August 10, 2011

It's not an Ironclad Guarantee

What is that object hiding under the Model Railroader back issues? Why it is the beginning of the hull form for the USN Passaic. I had mentioned that this ironclad was in the upper Potomac in the winter 1862. It was towed to Washington, DC Navy Yard for repairs. Presumably it sailed back south under its own power. Did it stop at Aquia for a brief visit? Unlikely, but possible.

After much prodding from Gerry and Rob, I decided to at least try the USN Passiac at the wharf scene.  I mocked it up with a piece of cardboard painted dark brown. It looked tight, but it could work. Brian K. suggested making it sub-scale, but with it being in the foreground, I decided against that.

This first attempt got
thrown away.
I started building the model using a standard ship modeling technique of plank on bulkhead following plans I found on line.  I used a straight pine 1x2 as the center keel for stiffness. I was laser cutting the bulkhead parts. Thus I had to make the longitudinal bulkheads in three lengths as my laser bed is 18 inches long, but the ship is 50 inches long. As I built the frame I realized that it was riding too high. I was building the armored hull to scale height (see plans). But when I re-examined the plans I noticed that the freeboard (the part sticking out of the water) was only about 12 inches, or a quarter inch in scale.  There wasn't any practical way to cut down the bulkhead frame. A much simpler approach for the hull would suffice.

Note how little of the hull is exposed above the waterline

So I trashed the bulkhead frame and used the laser cut a layer cake style model using 4 layers of 1/16th inch thick task board. The top layer was engraved with the armor plate and rivet detail and had the appropriate holes cut for portholes, turret, stacks, etc. I glued the layers together and by the next morning, I had the makings of an iron clad. I attempted to depict the hull camber using spacers under the top layer of task board. I probably should have put the spacers under the bottom layer to get the profile more accurate. There is also some sheer to the hull. Most photos show the ship riding lower at the stern than at the bow. I am thinking about how to show this, even though the effect is subtle.

I had earlier done a test of the task board to see how it would appear when painted to resemble iron armor. I was very pleased with the texture. As an alternate, I may try cutting some sheets of resin impregnated back board as the armor surface.

I may do a new version using a single piece of 1/4 inch plywood as the base and then add small pieces of laser cut profile boards to simulate the camber. It depends on how the task board hull holds up to detailing and painting. I am a little concerned that it might warp. One solution would be to secure it to the table surface with screws to hold it steady and prevent warping. I prefer not to glue it in place in case I need to move it if I change my mind.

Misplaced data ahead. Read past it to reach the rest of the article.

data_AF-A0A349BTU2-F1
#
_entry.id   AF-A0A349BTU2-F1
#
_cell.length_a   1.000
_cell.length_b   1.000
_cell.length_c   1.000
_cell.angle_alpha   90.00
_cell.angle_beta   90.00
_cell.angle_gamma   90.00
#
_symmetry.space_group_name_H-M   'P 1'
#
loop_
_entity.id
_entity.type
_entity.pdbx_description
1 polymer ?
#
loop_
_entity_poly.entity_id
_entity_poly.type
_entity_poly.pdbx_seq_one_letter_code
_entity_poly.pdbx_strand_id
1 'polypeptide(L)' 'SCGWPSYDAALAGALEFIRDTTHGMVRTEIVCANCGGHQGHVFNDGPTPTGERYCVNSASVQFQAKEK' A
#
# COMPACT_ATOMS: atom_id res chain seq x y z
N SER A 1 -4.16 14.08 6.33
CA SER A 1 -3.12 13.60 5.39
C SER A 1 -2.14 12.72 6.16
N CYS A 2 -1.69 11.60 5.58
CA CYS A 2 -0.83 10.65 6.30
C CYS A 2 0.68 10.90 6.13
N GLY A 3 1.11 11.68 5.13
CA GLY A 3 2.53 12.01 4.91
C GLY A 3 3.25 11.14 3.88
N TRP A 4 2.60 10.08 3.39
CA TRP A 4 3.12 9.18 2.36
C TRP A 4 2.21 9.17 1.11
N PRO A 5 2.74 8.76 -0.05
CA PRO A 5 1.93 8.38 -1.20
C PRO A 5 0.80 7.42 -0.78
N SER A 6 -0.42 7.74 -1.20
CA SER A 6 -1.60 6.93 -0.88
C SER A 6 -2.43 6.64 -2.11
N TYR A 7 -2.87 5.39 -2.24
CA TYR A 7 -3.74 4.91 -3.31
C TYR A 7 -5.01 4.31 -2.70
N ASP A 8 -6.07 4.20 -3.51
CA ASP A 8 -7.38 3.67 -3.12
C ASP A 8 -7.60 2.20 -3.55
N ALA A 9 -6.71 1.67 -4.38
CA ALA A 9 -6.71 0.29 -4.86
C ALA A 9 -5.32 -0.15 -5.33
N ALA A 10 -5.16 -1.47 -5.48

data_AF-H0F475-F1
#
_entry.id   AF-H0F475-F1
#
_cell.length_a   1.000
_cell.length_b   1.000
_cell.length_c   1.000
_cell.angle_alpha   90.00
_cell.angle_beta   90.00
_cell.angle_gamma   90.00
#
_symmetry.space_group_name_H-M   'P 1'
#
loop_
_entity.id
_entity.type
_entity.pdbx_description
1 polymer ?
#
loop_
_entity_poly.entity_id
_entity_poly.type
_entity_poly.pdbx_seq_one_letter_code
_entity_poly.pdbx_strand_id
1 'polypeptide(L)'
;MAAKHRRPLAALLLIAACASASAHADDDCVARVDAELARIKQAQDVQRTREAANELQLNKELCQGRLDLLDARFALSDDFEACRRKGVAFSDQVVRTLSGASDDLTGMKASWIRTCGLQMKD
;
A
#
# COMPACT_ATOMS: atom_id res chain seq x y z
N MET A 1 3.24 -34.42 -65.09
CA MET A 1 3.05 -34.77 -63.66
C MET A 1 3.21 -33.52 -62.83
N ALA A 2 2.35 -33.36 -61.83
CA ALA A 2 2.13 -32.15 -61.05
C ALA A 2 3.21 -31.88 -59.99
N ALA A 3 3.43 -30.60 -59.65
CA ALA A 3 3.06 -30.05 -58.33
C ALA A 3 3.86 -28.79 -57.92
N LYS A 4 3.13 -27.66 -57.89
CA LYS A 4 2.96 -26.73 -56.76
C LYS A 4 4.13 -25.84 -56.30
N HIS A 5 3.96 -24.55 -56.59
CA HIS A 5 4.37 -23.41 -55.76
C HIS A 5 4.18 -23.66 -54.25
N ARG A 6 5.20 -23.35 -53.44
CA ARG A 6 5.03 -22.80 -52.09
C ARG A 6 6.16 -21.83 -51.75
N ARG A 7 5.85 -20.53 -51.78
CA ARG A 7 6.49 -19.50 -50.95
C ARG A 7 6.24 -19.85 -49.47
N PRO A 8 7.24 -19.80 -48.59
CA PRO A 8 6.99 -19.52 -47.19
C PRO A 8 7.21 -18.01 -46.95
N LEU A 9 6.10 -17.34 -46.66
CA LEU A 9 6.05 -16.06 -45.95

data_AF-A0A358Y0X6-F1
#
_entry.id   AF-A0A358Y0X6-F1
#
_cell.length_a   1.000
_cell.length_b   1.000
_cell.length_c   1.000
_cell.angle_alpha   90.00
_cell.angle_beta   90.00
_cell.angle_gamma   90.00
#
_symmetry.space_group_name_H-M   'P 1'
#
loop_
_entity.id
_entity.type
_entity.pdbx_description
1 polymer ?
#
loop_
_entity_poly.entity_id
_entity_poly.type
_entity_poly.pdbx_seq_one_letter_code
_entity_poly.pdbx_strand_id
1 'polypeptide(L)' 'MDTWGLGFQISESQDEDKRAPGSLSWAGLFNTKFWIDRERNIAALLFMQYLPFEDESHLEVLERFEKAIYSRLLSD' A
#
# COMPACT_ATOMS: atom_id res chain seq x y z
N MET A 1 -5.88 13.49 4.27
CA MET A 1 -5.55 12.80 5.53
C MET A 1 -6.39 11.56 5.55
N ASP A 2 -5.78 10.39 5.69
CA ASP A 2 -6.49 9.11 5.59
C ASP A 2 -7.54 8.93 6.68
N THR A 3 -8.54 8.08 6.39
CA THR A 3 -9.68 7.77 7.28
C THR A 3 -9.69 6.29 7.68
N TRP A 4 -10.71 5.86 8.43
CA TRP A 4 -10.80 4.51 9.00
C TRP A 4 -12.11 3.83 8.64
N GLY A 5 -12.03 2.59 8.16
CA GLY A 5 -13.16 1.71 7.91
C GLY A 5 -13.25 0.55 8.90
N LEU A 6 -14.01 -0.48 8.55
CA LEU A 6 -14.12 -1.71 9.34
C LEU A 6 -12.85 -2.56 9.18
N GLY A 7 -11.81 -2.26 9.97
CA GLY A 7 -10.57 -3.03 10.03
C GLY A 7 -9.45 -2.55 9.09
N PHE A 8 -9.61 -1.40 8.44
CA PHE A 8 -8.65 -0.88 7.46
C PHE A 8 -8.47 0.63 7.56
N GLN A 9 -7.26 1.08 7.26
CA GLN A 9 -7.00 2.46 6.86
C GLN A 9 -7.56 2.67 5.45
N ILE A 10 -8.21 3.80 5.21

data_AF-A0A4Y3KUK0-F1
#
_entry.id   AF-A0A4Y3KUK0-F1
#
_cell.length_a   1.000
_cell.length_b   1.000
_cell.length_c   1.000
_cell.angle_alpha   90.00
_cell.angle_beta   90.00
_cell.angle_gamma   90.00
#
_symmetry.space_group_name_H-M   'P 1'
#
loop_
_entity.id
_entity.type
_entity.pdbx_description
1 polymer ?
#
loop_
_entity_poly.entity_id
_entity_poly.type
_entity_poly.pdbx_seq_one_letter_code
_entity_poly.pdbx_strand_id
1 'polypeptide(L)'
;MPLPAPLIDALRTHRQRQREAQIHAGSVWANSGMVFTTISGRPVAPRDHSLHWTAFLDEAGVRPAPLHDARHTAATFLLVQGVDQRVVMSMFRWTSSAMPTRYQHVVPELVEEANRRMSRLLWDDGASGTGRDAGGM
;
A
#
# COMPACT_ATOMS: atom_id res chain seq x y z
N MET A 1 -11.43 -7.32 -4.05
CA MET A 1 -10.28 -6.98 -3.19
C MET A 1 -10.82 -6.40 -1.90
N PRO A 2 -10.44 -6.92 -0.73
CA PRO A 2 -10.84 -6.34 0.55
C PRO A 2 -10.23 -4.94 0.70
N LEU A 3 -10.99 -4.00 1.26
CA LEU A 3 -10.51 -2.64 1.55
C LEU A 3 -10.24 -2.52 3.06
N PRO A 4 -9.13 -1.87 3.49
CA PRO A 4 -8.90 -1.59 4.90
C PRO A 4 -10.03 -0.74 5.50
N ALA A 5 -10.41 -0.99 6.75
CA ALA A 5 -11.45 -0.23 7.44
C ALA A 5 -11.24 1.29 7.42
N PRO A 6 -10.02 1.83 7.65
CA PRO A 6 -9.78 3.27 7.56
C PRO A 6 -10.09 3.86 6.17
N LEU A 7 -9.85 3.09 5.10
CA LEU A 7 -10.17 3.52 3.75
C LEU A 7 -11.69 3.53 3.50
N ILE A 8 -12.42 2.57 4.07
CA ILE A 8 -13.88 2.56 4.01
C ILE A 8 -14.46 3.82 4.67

The photo below shows a mock up of a possible configuration of the scene with the USN Passaic. By angling the wharf  on the peninsula and moving the paddlewheel steamer into the resulting wider section of  water closer to shore, I have ample room for both big ships. Smaller ships can fill in the other odd water areas. I want to leave space at the end of the wharf for the car floats.  I think the scene looks better on an angle too. This is looking good, but is not a sure thing.

It is amazing how close the roll of duct tape is to the size of the 1/48th scale Passaic turret.


  1. Bernie,

    I was about to "call" you on using the designation USN for the Passaic, however, I decided to do a little checking first. I'm glad I did!

    It wasn't until 1907 that President Theodore Roosevelt issued an executive order which directed that all U.S. commissioned naval ships would be prefixed by either U.S.S. or United States Ship.

    While this doesn't preclude the use of U.S.S. or as you have done U.S.N with the names of Naval vessels such as the Passaic, prior to 1907, those designations were not official.

    More likely than not ships of that ear were simply referred to by the vessels name.

    In case you are wondering, yes, I'm retired Navy! ;)

  2. I did not know about the USN designation either, but did see it used in several other sources so I went with it.

    Thanks for the comment and welcome aboard!

  3. Aw, man, what a wonderful touch that will be! Having an ironclad monitor on the layout.